I have a twofold question: 1) does anyone have some good suggestions of ways that we can show support and offer comfort? And 2) how can I help my son deal with his own fears, grief and concerns as, like many boys his age, he didn't want to think about, let alone talk about what is, and might, happen.
My foster mother Rachel has cancer and to help myself deal with this, I started a journal. I recommend you encourage your son to do likewise because writing is a great safety valve by allowing one's feelings to run. Once written down, one's inner feelings are alleviated somewhat. Keeping a journal really does help. Another suggestion is helping your son get to know what his friend will be having to fight the disease. If he's suitably armed with information on the side effects of chemo and radiation, it will lessen the impact, the horror of it all.
It would be useful if your son could join a cancer support group that helps friends to cope, given there will be very tough times ahead. I am associated with the UK's Macmillan nurses, a nurse of who regularly visits poor mum.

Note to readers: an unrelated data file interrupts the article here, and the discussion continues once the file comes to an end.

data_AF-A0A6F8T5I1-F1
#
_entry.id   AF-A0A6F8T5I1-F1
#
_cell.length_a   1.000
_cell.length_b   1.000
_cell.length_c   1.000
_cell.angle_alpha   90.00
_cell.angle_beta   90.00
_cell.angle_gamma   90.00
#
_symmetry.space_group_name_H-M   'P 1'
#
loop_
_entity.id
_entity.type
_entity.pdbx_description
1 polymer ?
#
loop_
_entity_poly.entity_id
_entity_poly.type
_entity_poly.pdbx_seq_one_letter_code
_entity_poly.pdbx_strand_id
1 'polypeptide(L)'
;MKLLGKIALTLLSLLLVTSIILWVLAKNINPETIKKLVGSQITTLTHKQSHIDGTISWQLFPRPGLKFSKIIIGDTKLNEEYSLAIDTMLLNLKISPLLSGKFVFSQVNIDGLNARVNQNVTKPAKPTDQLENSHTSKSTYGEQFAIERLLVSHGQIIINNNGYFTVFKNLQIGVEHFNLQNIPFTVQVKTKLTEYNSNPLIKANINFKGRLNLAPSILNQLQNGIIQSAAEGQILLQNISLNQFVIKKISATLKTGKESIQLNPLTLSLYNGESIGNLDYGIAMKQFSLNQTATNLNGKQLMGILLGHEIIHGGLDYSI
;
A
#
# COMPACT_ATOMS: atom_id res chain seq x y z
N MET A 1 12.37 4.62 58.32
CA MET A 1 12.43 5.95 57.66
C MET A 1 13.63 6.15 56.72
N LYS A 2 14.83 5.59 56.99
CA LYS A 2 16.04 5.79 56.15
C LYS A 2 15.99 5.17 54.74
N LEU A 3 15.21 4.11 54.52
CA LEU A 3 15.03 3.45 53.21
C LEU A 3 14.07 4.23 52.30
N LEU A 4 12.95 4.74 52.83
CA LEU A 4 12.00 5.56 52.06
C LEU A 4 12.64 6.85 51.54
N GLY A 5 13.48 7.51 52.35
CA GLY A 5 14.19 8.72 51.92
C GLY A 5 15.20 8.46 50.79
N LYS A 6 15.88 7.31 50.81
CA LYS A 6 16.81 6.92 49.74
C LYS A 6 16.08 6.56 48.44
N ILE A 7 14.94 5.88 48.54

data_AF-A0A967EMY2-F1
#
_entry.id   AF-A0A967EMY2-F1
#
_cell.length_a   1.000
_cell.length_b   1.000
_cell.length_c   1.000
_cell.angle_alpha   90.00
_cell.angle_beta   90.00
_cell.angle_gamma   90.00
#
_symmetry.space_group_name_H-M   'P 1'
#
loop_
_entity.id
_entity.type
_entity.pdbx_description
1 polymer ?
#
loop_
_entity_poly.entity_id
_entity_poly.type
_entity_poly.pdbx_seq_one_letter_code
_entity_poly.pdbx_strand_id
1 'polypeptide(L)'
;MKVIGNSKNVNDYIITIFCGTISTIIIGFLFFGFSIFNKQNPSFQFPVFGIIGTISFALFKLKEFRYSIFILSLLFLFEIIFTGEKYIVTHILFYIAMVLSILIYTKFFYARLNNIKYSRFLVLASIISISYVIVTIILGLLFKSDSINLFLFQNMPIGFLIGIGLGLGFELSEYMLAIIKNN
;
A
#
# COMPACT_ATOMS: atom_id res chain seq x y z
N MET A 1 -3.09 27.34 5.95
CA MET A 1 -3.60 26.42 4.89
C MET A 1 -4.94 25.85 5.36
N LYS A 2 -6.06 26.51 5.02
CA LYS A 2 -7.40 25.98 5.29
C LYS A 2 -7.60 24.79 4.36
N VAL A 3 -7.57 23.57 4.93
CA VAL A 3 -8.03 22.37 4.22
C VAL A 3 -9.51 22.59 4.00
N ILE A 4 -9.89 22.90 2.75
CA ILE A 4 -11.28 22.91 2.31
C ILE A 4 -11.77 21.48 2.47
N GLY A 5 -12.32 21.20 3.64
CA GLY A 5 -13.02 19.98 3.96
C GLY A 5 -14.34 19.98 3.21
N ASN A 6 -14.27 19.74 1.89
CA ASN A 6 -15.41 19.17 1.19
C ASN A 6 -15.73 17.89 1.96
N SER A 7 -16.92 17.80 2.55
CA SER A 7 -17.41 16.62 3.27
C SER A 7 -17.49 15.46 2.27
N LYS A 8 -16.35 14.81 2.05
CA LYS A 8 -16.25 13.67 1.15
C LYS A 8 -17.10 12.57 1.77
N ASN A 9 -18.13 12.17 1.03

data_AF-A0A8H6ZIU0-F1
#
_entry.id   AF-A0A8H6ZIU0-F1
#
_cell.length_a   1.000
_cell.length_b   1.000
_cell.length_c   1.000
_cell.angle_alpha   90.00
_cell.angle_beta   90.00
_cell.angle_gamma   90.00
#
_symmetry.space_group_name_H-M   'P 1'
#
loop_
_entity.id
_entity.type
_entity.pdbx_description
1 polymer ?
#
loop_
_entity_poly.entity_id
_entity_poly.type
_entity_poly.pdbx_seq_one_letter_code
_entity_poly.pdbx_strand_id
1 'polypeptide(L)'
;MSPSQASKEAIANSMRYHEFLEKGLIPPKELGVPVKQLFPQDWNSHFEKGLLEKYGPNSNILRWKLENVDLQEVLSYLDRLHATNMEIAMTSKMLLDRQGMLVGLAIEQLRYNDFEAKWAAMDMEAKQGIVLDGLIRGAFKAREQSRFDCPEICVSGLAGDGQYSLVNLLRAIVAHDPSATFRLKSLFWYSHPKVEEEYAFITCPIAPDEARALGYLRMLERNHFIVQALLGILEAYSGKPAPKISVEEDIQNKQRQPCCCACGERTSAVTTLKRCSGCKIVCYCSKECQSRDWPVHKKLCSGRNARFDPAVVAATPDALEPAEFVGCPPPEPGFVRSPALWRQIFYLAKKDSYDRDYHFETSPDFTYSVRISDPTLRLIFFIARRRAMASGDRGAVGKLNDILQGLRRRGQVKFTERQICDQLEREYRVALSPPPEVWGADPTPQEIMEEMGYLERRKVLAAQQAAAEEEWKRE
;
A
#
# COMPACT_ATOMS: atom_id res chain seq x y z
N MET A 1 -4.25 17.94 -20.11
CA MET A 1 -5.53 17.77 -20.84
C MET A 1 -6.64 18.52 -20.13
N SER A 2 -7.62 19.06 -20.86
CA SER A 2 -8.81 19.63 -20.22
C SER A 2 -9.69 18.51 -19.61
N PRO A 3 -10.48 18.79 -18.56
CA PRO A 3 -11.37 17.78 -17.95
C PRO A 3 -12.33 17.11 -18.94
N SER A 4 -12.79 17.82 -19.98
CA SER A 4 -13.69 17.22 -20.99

Your son is going to be emotionally drained, so try and keep his visits to his friend, short. Tell him it's alright to cry. There is nothing sissy about crying. He might need to be alone at times. This is normal reaction when someone close to one's heart is suffering.
Mum Rachel is on remission now, though we take one day at a time. I've been doing this for the last three years, my teen sisters all taking turns with our mum.
If you need to write, I'm only a whisper away.
Would it be possible to send a care package? Your son might have a good time putting one together, and his friend would probably enjoy being thought of and getting some fun distractions.
cancer-beating wife to DH since 7/4/09, mother to DS 5/1/11 + DD 8/21/2013
|Teens , Pre Teens|